Quick Review: Aadai

By Rinku Gupta
Aadai is the second film of its director Rathnakumar, starring Amala Paul, Sriranjini, Ramya Subramaniam, Vivek Prasanna and others, with camerawork by Vijay Karthik.

The story recolves around Suthanthirakodi who goes by her preferred media name Kamini ( Amala Paul) a bold girl, brought up by a loving, but distraught mother ( Sriranjini) who wishes her daughter was less brash, more traditional in her choice of clothes and did better things at work like reading news in a sari instead of the Thoppi prankster show she helms, pulling scary pranks on the public. Kamini, is unfazed asks carries on with her ways, daring people, taking bets and living life on her own terms.
Till one day, a strange challenge she undertakes of reading the news in the nude, somehow ends up becoming her worst nightmare. Alone, after a night of drunken revelry, in the huge building the media house just vacated, she struggles to find a solution to the horrific reality. Who had done this to her? Does she get out of her predicament?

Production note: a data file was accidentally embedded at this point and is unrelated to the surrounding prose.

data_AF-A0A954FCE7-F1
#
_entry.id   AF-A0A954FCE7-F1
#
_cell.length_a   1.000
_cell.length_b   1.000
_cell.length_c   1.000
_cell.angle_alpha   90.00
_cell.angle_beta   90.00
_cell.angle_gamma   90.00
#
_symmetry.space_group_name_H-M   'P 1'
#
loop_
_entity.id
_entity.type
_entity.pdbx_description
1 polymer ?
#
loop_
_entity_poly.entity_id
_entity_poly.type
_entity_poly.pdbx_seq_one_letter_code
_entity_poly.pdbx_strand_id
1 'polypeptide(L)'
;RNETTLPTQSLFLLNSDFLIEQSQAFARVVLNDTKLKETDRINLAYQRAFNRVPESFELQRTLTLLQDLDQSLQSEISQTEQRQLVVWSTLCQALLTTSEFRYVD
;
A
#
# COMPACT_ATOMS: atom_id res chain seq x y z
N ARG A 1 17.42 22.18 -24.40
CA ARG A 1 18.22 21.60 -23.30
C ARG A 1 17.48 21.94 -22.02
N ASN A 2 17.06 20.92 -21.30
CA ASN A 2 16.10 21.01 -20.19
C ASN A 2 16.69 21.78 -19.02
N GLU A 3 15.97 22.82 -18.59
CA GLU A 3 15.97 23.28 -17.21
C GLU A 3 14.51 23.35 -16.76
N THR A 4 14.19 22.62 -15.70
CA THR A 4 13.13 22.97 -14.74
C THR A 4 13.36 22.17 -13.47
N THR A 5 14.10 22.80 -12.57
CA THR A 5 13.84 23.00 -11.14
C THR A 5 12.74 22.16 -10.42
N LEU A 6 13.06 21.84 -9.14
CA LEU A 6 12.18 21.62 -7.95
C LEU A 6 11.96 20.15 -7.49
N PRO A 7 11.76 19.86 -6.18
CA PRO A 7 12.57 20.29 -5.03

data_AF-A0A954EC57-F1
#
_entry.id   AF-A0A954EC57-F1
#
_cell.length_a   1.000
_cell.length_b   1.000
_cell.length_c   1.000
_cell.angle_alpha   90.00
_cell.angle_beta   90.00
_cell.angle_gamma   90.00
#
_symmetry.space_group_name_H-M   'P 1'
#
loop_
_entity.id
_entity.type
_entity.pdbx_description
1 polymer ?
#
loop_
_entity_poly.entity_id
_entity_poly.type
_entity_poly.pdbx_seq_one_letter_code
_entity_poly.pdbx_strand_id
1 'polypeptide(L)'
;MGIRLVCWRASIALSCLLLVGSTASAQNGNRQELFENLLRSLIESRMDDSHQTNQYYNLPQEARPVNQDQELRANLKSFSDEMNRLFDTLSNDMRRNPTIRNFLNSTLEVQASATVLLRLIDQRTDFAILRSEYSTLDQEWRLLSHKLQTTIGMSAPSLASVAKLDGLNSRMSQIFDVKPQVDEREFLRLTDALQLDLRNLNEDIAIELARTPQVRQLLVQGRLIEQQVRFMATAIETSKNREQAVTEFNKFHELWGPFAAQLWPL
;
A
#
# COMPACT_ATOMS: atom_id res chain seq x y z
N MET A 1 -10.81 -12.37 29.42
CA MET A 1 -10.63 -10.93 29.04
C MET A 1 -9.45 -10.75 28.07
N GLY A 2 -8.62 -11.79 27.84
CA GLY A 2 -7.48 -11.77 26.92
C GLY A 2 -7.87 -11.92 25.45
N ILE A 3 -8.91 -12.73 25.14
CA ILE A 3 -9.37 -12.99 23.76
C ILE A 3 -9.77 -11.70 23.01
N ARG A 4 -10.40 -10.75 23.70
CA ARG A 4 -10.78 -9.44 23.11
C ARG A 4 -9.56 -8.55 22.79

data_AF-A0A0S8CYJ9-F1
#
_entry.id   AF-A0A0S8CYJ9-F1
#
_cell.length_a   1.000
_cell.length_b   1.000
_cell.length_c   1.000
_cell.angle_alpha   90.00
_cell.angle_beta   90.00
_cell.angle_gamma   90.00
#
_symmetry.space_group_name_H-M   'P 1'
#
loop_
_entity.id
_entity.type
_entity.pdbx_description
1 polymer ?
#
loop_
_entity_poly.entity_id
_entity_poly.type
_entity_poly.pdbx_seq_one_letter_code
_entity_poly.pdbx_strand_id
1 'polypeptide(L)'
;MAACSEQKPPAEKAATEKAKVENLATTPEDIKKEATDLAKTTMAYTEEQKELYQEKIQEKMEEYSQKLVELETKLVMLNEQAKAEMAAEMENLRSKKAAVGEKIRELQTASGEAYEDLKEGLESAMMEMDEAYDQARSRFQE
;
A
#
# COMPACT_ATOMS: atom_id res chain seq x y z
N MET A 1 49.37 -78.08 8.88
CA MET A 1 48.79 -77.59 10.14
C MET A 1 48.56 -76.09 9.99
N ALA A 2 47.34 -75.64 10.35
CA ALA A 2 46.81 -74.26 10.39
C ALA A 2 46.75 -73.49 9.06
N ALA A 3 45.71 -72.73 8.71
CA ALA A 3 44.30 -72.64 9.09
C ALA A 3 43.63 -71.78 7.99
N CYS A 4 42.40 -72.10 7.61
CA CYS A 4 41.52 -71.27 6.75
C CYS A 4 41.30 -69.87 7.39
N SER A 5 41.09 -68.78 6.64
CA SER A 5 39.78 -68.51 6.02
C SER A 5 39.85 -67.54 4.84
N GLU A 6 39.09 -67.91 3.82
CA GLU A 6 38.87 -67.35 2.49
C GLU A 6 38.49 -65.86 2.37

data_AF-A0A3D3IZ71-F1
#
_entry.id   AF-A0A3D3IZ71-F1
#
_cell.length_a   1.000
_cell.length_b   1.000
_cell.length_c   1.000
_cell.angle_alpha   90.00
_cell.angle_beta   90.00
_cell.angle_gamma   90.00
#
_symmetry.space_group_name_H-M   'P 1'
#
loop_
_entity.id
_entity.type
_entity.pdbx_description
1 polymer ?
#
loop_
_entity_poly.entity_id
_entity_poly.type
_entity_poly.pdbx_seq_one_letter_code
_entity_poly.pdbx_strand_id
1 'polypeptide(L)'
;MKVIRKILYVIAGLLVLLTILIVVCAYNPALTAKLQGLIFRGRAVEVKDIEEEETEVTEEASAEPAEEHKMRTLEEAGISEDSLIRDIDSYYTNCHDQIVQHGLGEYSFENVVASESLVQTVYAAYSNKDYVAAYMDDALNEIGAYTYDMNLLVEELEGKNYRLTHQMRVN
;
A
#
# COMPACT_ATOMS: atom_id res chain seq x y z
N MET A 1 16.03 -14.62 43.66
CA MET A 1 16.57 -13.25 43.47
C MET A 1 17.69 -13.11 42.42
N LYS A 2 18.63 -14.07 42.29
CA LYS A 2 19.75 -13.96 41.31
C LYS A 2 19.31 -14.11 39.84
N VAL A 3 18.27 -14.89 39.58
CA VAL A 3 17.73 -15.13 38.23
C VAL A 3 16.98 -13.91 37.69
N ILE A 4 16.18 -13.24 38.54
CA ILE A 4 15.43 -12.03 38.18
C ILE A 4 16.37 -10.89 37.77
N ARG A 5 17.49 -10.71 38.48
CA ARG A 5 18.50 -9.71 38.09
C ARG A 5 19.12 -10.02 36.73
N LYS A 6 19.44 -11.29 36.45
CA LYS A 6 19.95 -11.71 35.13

Director Rathnakumar deserves kudos for kicking the ball out of the park with his unique script and story telling skills in a screenplay that leaves no room for lags. The group of friends and thier jolly interchanges seem like a slice of life and establish a curiosity and connect. The detailing of Kamini's character gives us enough reasons to be invested in her and her predicament. With a large part of the story featuring Amala in the nude, kudos to the cameraman and the director's vision, for never a tinge of vulgarity. Vivek, Sriranjini and Ramya Subramaniam and the other friends, are most aptly cast in taking the story forward.

Amala's trust in the script and bold move to take up the role and play it unapologetically deserves to be commended and has paid off. She pulls it off brilliantly, displaying the struggle, desperation, helplessness and determination in equal measure. Without revealing spoilers, suffice it to say that the message of the film about the misuse of social media that is dragging people down, needs to be addressed. The questions it raises about ' what is real freedom' is also a pertinent one, addressed in a way that it strikes a chord with audiences, that too in a hard hitting manner.

There maybe certain logical loopholes in a few places but overall the film at the end of the day, is largely one that needs to be watched and will surely set you thinking in more ways than one. 

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